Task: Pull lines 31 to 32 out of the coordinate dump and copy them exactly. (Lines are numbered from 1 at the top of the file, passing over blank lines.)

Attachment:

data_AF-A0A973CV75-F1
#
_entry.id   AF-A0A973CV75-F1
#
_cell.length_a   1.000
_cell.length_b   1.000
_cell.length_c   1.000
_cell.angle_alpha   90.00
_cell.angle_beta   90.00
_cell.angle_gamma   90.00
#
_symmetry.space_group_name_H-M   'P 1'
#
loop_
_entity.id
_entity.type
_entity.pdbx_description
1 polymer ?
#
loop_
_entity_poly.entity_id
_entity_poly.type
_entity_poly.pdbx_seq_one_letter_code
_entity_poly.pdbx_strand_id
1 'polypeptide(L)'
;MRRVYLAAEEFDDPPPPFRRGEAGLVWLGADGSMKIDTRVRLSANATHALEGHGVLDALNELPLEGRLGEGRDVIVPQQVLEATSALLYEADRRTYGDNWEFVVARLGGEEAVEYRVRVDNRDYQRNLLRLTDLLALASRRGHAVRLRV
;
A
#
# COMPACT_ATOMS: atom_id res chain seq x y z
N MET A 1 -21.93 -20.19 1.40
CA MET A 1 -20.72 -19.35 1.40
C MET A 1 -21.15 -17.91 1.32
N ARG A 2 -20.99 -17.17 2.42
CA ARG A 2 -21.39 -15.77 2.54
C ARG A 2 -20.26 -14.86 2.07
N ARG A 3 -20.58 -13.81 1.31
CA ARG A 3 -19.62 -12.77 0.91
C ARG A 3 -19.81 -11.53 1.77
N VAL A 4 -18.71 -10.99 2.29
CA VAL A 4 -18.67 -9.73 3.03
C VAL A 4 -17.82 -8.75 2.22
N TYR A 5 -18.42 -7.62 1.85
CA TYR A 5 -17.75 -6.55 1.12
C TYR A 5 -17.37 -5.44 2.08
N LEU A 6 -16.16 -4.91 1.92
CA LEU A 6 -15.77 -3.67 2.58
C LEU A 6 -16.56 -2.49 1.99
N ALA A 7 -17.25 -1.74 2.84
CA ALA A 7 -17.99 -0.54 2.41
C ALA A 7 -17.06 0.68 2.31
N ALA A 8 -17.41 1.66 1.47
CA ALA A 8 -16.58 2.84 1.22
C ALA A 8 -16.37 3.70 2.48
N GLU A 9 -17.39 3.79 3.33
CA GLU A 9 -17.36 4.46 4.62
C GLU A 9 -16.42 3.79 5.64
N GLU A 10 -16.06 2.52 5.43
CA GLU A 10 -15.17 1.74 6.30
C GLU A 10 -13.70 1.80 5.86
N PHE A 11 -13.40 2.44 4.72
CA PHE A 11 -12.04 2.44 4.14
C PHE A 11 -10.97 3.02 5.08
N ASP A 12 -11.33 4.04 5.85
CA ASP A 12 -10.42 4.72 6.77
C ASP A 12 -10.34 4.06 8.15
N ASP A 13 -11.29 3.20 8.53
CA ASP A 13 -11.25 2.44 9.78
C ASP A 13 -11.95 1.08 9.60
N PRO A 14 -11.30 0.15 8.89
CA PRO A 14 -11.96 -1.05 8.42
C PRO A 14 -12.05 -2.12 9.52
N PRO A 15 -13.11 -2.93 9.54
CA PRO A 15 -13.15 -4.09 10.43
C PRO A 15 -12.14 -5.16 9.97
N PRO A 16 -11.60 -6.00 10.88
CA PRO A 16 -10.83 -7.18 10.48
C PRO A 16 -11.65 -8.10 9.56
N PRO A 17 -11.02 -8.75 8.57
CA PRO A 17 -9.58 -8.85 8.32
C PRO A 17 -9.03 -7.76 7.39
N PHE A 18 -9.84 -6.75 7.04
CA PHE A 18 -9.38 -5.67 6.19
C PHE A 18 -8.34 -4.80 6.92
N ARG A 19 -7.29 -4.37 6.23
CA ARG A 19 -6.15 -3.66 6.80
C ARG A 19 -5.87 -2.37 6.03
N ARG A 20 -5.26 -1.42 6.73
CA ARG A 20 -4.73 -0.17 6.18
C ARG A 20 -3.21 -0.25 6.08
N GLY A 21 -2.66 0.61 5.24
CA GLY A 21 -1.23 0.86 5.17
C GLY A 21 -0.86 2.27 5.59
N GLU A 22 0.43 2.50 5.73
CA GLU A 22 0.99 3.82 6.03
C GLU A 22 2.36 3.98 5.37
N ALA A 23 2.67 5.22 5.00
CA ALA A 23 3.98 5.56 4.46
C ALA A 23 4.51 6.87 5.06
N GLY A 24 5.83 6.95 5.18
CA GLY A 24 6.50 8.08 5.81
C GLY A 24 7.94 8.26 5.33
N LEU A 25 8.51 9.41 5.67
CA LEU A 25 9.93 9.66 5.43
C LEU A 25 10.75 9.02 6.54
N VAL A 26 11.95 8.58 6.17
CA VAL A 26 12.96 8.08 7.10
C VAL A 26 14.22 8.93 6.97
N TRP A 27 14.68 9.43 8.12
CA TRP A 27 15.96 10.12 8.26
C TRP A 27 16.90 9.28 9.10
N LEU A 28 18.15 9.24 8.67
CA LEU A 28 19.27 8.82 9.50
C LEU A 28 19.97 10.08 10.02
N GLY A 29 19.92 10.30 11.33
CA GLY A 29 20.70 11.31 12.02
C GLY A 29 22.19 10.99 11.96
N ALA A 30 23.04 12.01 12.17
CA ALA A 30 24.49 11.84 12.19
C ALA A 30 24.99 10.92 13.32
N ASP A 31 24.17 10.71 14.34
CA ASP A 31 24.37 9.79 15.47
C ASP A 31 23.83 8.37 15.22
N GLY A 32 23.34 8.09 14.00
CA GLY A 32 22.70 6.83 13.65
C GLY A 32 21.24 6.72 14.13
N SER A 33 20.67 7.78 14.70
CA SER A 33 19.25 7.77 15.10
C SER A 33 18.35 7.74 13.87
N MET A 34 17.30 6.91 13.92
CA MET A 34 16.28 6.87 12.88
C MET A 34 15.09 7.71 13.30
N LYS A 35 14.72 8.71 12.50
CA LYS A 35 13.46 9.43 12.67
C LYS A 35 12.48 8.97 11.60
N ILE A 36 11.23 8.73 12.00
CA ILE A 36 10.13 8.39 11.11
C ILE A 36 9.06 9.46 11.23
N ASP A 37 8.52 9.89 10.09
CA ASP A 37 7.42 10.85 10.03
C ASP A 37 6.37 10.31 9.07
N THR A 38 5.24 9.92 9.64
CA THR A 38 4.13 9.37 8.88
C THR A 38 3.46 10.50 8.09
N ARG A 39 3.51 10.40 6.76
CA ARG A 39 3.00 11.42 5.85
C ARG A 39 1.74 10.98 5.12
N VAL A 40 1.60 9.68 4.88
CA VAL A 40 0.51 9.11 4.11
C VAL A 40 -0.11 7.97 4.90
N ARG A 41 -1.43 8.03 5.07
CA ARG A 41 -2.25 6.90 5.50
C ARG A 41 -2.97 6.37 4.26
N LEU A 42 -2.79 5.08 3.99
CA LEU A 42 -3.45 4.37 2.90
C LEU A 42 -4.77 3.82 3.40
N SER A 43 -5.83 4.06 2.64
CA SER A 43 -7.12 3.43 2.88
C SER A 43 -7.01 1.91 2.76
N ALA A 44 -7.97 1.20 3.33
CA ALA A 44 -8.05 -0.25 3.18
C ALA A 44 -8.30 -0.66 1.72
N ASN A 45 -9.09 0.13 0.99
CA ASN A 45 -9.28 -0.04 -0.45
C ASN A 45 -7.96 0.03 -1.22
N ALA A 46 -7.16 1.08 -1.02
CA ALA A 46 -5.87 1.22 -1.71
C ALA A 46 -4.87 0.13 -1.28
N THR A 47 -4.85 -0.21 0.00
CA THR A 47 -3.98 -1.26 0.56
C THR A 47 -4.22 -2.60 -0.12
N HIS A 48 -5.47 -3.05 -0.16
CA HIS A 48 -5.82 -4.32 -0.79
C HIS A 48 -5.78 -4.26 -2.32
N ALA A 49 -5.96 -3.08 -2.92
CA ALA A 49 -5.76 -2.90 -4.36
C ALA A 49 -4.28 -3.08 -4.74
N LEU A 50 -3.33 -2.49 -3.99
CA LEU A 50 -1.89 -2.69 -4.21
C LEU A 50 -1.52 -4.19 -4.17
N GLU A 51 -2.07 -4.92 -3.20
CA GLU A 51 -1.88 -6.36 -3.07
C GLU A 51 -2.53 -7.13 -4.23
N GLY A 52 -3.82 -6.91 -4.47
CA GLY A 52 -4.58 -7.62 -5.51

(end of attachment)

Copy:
N MET A 1 -21.93 -20.19 1.40
CA MET A 1 -20.72 -19.35 1.40